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The advert for Barney Norris' in The Sunday Times was just the prompt I needed

The advert for Barney Norris’ in The Sunday Times was just the prompt I needed

I took slight umbrage with arts journalist Richard Brooks the other week. “You have probably not heard of Barney Norris,” started one of Brooks’ item in his weekly column in the Sunday Times’ Culture section.

“Yes, I absolutely have!” I harrumphed. I have been a vocal champion of Barney’s since seeing his award-winning debut play Visitors at the Bush Theatre two years ago.

But really I should thank Brooks. His piece – and related advert a few pages later in the Culture section – reminded me that Barney’s debut novel has just been released. He told me about it last year when I published a two-part interview with him to coincide with the premiere of his second play of rural rumination, Eventide, at the Arcola Theatre last September.

Barney Norris in rehearsals for Eventide

Barney Norris in rehearsals for Eventide in 2015

Was writing a novel very different from a play? It was he said, though he couldn’t pinpoint how exactly. He’s also written non-fiction (a major study of Peter Gill) and doesn’t shy away from branching out further. “It’s always felt natural to me to try to do all of it, really. Writing in as many styles as you can is a bit like trying to go on all the rides before the fair closes.”

Like Visitors and Eventide, the new novel, Five Rivers Met on a Wooded Plain, is set in and around Barney’s native Salisbury, over which the city’s cathedral spire looms large. In Barney’s own words: “The novel is five stories of five different lives interwoven by a car accident. It’s sort of Crash with a Mummerset accent.”

So thanks, Richard Brooks, for the reminder. I downloaded my copy of Five Rivers Met on a Wooded Plain that night. It’s the first novel I’ve had time to read in months and I savoured every page of it, and, as I’ve come to expect with Barney Norris, was both moved and awed by his writing: the detailed characterisations and the beauty of so many turns of phrase. Below are a few of my favourite quotes.

Five Rivers Met on a Wooded Plain is published by Doubleday.


Salisbury Cathedral is the sixth main character in Five Rivers Met on a Wooded Plain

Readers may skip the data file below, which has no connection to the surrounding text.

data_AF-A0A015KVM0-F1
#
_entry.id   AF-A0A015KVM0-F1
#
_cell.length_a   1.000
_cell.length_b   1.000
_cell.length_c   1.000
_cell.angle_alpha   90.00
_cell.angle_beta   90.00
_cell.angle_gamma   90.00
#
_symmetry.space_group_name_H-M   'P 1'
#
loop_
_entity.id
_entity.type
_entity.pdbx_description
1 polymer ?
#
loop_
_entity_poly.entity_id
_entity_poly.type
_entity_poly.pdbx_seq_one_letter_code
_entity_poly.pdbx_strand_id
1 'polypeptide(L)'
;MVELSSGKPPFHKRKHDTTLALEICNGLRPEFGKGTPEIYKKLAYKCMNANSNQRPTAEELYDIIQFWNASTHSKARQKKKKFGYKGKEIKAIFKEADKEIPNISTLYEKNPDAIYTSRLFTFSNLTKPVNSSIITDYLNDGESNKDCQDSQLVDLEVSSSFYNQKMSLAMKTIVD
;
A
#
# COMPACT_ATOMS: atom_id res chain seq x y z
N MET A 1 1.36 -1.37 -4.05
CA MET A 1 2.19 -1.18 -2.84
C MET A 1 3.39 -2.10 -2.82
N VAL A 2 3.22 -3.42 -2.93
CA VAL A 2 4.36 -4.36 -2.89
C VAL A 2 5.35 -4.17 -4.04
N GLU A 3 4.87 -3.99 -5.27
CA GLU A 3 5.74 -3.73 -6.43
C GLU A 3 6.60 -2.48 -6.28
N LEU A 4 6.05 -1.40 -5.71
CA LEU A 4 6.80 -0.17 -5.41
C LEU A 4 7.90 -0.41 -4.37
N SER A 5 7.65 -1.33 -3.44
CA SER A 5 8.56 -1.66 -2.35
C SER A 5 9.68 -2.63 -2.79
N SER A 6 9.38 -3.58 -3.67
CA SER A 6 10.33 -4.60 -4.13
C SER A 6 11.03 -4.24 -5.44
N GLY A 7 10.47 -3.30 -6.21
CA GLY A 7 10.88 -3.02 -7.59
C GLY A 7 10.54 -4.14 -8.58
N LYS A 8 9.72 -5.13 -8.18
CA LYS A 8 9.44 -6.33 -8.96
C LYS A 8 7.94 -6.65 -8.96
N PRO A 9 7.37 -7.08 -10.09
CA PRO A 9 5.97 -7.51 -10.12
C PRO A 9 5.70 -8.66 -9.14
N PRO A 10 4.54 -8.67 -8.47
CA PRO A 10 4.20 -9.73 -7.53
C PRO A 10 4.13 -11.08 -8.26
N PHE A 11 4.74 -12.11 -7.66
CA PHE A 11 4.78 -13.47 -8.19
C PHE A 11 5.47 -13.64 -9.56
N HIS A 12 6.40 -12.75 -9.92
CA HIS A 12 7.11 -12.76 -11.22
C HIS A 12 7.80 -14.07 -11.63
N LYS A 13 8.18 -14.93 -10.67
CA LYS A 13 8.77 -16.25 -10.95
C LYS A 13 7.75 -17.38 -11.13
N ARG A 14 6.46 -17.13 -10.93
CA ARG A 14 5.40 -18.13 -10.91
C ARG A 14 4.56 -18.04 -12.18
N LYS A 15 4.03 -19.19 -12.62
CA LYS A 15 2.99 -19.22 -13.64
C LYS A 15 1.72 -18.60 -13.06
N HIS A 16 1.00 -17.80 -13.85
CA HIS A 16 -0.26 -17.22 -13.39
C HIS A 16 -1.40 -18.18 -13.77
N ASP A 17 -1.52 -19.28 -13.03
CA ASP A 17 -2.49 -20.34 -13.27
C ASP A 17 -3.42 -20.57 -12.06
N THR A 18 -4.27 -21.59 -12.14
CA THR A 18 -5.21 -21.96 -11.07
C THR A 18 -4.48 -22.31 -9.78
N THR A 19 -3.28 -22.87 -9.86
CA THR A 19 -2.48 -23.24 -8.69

Salisbury Cathedral is the sixth main character in Five Rivers Met on a Wooded Plain

My 12 favourite quotes from Five Rivers Met on a Wooded Plain

  1. “Buildings are not beautiful because of their shapes or patterns, the bricks or stones that make them. What are transfixing are the ideas and dreaming and longing they encase. They stand as memorials to the lives of the people who made them, who raised the money to raise the walls, who buried the men who fell from the scaffolding.”

  2. “We’re only ourselves when we’re alone, and silent. The rest is performance. When you’re talking to another person you will usually find your life reduced, all your personality focused into the facet of yourself you think is appropriate for that conversation. Or, sometimes, contact with another person can make you more than yourself, make a new soul that hangs in the air between you. But you’re never just yourself with someone else.”

  3. “How can such huge things as feelings only exist in our heads? How is it that they never take form in the real world?”

  4. “Perhaps all adult life was an attempt to keep alight the fires that burned when you were young, when everything was possible and new.”

  5. “The mind is like a floodplain. The slightest rainfall can leave it awash with old stories that seep into your newer terrors and swell them, drown you under long-forgotten feelings as your life rushes back over you.”

  6. “The mind slides back and forth, imagining tomorrow, free-associating endlessly from memory to memory because each day always seems to suggest another you have already lived, to pull you further back into the past. Of course the past is denser and pulls us more closely into its orbit. The present is only ever one day long. The past grows richer and subtler each day as it snakes behind you all the way back to the source and centre of your life.”

  7. “I can’t imagine any life feels like a real life that isn’t lived entwined like ivy with someone.”

  8. “That’s how your days can matter and take on a weight, if you can make another person laugh, feel something, if your life can become part of a richer pattern. That seems to me to be the one truly beautiful thing there is in the world.”

  9. “It is almost a political act when you live in the theatre, because you turn your back on what people are supposed to value, on profit and loss, in order to participate. And I’m no great one for political acts, but I enjoy the courage of people who go in for them… My own political statement of choice would have been to be part of the theatre. To use my life as a way of arguing that people should tell stories to each other, share their lives and care about each other. That would have been my kind of politics.”

  10. “What do you need in order to be able to say with a semblance of conviction that you had got your life right? What are the necessary components of that successful fiction?”

  11. “To think your life was still ahead of you was only a way of delaying and robbing yourself of years when you might have been able to live deliberately, to build something. To let life happen to you was the way to bad marriages, and missed opportunity, and needing to take things back.”

  12. “The world is ending all around us every moment we’re living. Every bar in the score of ourselves is receding already into memory, into imagination, even as we play it out. We might as well listen.”

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